The Wild Drive #buslife Recap Part Three – Work, Work, and Inspiration Galore.
Buying a bus is not a decision to take lightly.
We’re over a year into things and approaching the end of our conversion so we’ve had a lot of time to reflect. Though “tiny” in size, this is a BIG deal and an even bigger investment of your time, energy, patience, resourcefulness, and yes, money. We’ve always been really hard workers, putting 110% into everything we do, fueled in recent years by everything you’re reading about in these recaps. Anyhow, we’ve worked a lot of hours, weekends, and holidays to make this dream possible. It didn’t just happen magically, although that would have been pretty cool.
The purpose of doing this, for us (and for many bus lifers and van lifers out there) is to be and stay debt-free, flexible, and mobile. Efficient simple living is one glorious way to achieve that.
Ben and I would NOT have jumped into this bus conversion adventure unless we knew that we could pay for everything without incurring any additional debt. I just wouldn’t have. That’s just me. Because now and moving forward, everything is 100% ours to enjoy.
Without having those conversations and plans regarding these realities, you may run the risk of not following through, not being able to sustain the dream, or being stressed out, and that’s no fun. To add icing on the challenges to expect cake, there’s also the element of disbelief, often times doubt, and the like received from the world around you. Overall, it’s a tough and emotional road. I don’t mean to scare anyone, those are just the beautiful facts.
We all have our own life adventures to design, but, my biggest piece of advice for anyone interested in the tiny living lifestyle, is to make sure that you can afford and budget for the WHOLE darn thing, start to finish, and still live comfortably. You’ll be thankful you did.
Converting a bus is hands down the BEST decision we’ve ever made together.
Besides getting married… duh.
SKOOLIES (a school bus converted into a tiny home) weren’t as trendy when we purchased in early 2016 as they are now, and even still, this is a unique path to travel along, but if it feels right, you’ll find a way to make the dream work.
The journey to tiny living (and we’re not even living in it full time yet!) has brought us SO much joy, a sense of accomplishment, problem solving wizardry, confidence, and more! I wouldn’t trade it for a second and I think Ben would wholeheartedly agree on that. 🙂
SO, now back to that frisky February day in 2016.
We stopped to our bank, withdrew some cash, shamelessly told the bank teller all about how, “WE’RE GOING TO PICK UP A 31 FOOT PRISON BUS, YAY, AREN’T YOU PUMPED FOR US?!” and hit the road. We also had to stop at the BMV to get temporary transportation plates which was very simple. The lady that helped us happened to be an RV enthusiast so that worked out in the conversation department.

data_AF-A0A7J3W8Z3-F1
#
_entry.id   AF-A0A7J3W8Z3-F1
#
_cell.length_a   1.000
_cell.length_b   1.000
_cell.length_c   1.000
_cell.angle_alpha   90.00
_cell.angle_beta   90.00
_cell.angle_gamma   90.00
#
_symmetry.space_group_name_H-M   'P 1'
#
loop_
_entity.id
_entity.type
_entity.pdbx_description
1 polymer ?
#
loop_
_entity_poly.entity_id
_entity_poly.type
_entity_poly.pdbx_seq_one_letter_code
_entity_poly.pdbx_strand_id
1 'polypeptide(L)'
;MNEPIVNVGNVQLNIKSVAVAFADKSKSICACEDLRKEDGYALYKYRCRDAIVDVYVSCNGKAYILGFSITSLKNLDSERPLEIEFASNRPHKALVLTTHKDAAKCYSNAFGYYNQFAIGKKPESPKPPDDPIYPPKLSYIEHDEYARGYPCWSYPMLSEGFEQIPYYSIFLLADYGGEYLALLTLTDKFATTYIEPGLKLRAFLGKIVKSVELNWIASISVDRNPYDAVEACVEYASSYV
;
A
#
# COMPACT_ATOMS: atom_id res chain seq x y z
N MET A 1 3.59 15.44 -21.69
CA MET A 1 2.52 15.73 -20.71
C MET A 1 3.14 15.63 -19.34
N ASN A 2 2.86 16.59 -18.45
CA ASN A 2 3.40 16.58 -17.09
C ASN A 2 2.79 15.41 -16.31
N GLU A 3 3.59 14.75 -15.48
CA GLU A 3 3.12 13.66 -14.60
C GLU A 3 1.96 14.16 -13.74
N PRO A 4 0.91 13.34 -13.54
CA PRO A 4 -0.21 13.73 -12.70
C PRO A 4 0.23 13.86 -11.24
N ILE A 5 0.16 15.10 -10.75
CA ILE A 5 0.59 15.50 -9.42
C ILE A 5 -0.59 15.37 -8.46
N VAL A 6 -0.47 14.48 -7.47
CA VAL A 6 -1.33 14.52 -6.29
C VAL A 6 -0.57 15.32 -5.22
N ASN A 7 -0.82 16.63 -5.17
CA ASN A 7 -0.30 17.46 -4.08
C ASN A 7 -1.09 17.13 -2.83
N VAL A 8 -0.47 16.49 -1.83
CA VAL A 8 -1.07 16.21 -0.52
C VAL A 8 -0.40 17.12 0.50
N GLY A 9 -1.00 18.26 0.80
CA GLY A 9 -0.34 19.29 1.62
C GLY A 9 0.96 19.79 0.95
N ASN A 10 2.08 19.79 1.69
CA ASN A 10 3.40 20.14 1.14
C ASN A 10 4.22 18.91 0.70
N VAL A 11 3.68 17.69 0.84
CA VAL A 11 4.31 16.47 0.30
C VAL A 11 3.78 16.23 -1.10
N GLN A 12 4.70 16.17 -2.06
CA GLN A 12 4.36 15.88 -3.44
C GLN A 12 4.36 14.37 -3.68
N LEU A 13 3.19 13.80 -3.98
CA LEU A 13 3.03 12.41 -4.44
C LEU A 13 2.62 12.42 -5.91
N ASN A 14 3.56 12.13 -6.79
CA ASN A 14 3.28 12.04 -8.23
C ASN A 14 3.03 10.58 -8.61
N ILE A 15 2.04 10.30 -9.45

I tried one last time before signing the bill of sale to use my northern Maine thrifty charm and haggle a lower price, but, alas, no go. The owner gave Ben a quick five-minute tutorial on driving the bus and where to go to fill up on fresh diesel before hitting the highway and off we went without a clue as to how the bus would fare with 90 miles of driving.
We enlisted the help of a friend to drive with Ben in the bus while I followed in our car with Moose (our dog). The looks we got from people passing by on Highway 95 were EPIC. I laughed, a lot. It’s not every day you see a faded black and chipped red hellion of a bus with bars on the windows just casually rolling up the highway. I get it.
I was a little protective of her even then, “Hey! This is OUR BUS! Give her a chance!” haha.
She road like a DREAM.
I was recently asked about what the most difficult part of the bus conversion/skoolie life process has been so far.
You may think I’d say the dirty work, and there was a lot of it. But no, it wasn’t muscling our gigantic ceiling panels through the tiny prison cage door openings so we could insulate, dealing with 30 year old old bolts and rivets, or spending weeks treating and cleaning our metal floor.
We experienced the most difficult part on day one: the basic logistics. The question of WHERE to park your bus coupled with the immediate fear and unknown of how/if you’ll be able to register and inspect your bus. But hey, this is what we signed up for… a challenge.
Resigning to deal with the registration and inspection another day… we were happy to at least find parking and storage right away. Thanks to the gracious generosity of friends, we coordinated a place to park it on day one, and a place to move it to a few weeks later to begin our conversion work. Our hearts were happy.
The bus got our wheels turning (no pun intended). We wanted a place of our own, but wanted it to be OURS, on OUR terms.
Once we had a taste of the FREE feeling behind making that last student loan payment, we started attacking our car loans. Things started connecting.